Kwame Kwei-Armah: Diversifying theatre

"A Man for All Seasons"

The honing of the Young Vic Theatre as an icon of London’s artistic counterculture has come as a continuous process of reinvention. However, if there is one facet that has remained constant, it’s the Young Vic’s silent revolutionary appeal. Case in point, the nomination of Kwame Kwei-Armah as its new artistic director, following David Lan’s retirement after a decade long direction of the Young Vic.

Performance art is often described as “hideously white” so the appointment of Kwei-Armah to an institution such as the Young Vic is a powerful step. Kwei-Armah joins Madani Younis, Indu Rubasingham, and Kelly Thiarai, as the only four people of colour to spearhead the artistic direction of major national theatres—the Bush, the Tricycle, and the National Theatre of Wales, respectively. However, Kwame Kwei-Armah’s appointment is neither a token gesture of increasing diversification in British Theatre, nor a signal that the appointment process of new directors to British notorious theatrical institutions has turned colour-blind.

Operation Black Vote’s recent The Colour of Power project with the Guardian and Green Park Recruitment, highlighted zero Black and Minority Ethnic representation in the biggest institutions of arts and culture. Simply put, out of 20 CEOs of Arts and Culture Organizations, 0% are BME.

To understand the significance of this appointment one must look no further than at Kwame Kwei-Armah himself. He is only the second black British playwright to ever write prose performed at the National Theatre in London. And in his fifth play, “Elmina’s Kitchen”, he unveiled a stark, but provocative portrayal of familial and social dynamics on Hackney’s Murder Mile.

If the play challenges the audience to realize their own culpability as accomplices of a broken structure and ultimately to an uncomfortable catharsis — Kwei-Armah himself is that same challenge to the British theatrical institutions. Elements throughout his life and career speak to the portent of his persona, not only in the theatrical world, but also for black leadership in culture and the arts.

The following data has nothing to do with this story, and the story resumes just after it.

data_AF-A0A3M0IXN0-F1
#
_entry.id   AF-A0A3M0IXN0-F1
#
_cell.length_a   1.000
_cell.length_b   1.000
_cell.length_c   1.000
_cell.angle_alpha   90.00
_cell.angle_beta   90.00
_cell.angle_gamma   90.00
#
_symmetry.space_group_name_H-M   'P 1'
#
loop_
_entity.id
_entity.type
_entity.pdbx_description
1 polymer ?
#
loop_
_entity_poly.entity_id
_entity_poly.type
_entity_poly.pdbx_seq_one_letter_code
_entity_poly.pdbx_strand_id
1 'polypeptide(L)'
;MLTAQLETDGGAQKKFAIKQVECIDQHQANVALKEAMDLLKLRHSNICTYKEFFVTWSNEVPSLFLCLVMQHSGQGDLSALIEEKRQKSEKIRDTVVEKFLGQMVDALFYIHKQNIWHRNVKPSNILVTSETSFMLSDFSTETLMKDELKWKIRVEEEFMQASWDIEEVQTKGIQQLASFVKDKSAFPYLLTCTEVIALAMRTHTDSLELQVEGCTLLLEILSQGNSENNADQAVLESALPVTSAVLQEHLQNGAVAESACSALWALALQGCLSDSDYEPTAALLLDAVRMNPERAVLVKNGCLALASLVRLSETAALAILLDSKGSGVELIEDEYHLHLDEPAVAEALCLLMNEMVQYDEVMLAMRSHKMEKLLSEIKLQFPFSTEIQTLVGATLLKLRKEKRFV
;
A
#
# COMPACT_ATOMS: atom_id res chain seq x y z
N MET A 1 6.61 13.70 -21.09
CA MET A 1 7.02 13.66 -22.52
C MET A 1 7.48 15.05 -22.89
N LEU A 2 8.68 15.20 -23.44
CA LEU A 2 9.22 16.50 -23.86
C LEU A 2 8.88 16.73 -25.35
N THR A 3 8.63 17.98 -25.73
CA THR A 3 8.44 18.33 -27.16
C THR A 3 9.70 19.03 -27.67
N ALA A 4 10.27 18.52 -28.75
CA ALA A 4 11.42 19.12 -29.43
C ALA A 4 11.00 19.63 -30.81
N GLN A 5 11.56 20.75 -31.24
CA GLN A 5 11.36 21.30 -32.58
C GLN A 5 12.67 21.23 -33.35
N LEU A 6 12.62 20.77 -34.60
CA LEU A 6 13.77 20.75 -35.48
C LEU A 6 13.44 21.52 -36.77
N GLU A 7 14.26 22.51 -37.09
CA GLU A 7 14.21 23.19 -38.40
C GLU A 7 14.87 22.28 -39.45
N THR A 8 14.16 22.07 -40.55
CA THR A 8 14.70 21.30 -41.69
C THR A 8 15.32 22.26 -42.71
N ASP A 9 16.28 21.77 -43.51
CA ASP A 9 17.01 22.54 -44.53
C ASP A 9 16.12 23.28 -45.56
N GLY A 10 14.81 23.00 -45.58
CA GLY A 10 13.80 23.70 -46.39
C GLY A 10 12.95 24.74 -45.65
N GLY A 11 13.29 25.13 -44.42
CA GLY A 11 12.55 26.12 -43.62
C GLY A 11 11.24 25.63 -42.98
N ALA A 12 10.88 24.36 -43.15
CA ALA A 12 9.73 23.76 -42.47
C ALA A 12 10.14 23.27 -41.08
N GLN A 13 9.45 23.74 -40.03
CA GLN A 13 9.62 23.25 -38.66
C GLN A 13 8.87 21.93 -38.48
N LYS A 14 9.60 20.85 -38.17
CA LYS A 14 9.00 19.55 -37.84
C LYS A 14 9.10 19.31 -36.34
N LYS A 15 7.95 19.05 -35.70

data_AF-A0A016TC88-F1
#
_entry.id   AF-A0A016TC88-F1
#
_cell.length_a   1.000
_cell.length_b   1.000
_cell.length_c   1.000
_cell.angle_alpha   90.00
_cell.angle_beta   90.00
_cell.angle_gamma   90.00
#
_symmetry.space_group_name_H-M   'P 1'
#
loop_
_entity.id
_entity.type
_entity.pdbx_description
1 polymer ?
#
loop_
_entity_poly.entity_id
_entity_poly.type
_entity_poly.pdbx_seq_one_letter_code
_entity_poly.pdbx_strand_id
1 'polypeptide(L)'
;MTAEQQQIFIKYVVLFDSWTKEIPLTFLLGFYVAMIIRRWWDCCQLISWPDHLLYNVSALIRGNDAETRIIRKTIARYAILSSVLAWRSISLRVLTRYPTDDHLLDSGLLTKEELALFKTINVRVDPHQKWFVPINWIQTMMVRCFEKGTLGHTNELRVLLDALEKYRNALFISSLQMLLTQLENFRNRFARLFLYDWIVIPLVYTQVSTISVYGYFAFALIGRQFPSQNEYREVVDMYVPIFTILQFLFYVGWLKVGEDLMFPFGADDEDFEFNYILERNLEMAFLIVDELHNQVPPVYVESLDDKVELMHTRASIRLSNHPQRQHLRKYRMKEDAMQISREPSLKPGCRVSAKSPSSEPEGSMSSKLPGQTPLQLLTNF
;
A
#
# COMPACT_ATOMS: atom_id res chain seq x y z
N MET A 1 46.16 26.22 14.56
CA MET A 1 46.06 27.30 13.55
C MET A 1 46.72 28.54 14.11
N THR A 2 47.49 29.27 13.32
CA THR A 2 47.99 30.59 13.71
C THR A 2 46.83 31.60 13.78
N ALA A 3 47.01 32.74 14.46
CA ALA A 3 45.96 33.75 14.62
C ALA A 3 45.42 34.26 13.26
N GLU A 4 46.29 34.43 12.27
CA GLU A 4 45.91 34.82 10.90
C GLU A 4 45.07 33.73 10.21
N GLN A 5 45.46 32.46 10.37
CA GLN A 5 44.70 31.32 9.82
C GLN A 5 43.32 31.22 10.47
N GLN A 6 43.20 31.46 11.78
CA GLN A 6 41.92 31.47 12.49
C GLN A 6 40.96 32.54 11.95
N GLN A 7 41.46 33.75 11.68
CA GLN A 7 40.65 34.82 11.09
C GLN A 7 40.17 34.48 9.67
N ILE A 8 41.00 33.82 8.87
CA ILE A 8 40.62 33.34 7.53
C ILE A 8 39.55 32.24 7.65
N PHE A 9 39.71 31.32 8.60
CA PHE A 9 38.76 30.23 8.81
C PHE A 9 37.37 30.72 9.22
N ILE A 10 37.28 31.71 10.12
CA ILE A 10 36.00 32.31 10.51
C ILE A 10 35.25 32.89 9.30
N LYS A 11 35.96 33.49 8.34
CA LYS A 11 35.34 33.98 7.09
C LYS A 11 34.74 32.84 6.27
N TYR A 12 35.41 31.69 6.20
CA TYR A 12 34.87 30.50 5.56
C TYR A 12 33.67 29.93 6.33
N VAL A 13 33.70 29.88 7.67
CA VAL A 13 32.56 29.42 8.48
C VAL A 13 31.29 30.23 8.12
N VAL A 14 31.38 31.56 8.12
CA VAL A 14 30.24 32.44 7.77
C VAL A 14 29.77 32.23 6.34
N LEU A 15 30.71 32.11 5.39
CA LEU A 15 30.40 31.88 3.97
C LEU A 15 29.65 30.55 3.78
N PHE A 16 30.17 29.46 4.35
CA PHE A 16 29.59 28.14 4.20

Far from a small symbolic feat, Ian Roberts changed his name to Kwame Kwei-Armah after tracing his ancestry through genealogy of the slave trade out of Ghana. Changing a name turned into a deeply powerful moment of re-appropriation of African history, and a de-facto middle-finger to the process of whitewashing black history in the UK.

But we must also remember that whilst Kwei-Armah is finely tuned to the political and social relevance of his position as a black theatre director, he demand not to be solely defined by it. He was appointed new artistic director of the Young Vic because his artistic expression and vision deserved it--not to be the poster boy for inclusion. Recipient of knighthood to the OBE for his contributions to the arts, and a friend of Operation Black Vote, Kwame's newfound appointment is all-deserving.

It is also interesting that this Black British talent like many before him had to gain recognition in the United States to then prove their worth as either lead actor or director in the United Kingdom. Kwame Kwei-Armah has spent the past 6 years in Baltimore as Director of the Baltimore Center Stage.

This is a historical step for the Young Vic, a theatre that has stood the test of time as the silent backdrop for the expression of social turmoil and change. However, as an institution that prides itself for being both an icon and iconoclastic, it's hard not to imagine that this step will cement it as the former than the latter.


By Maria Julia Pieraccioni, OBV Intern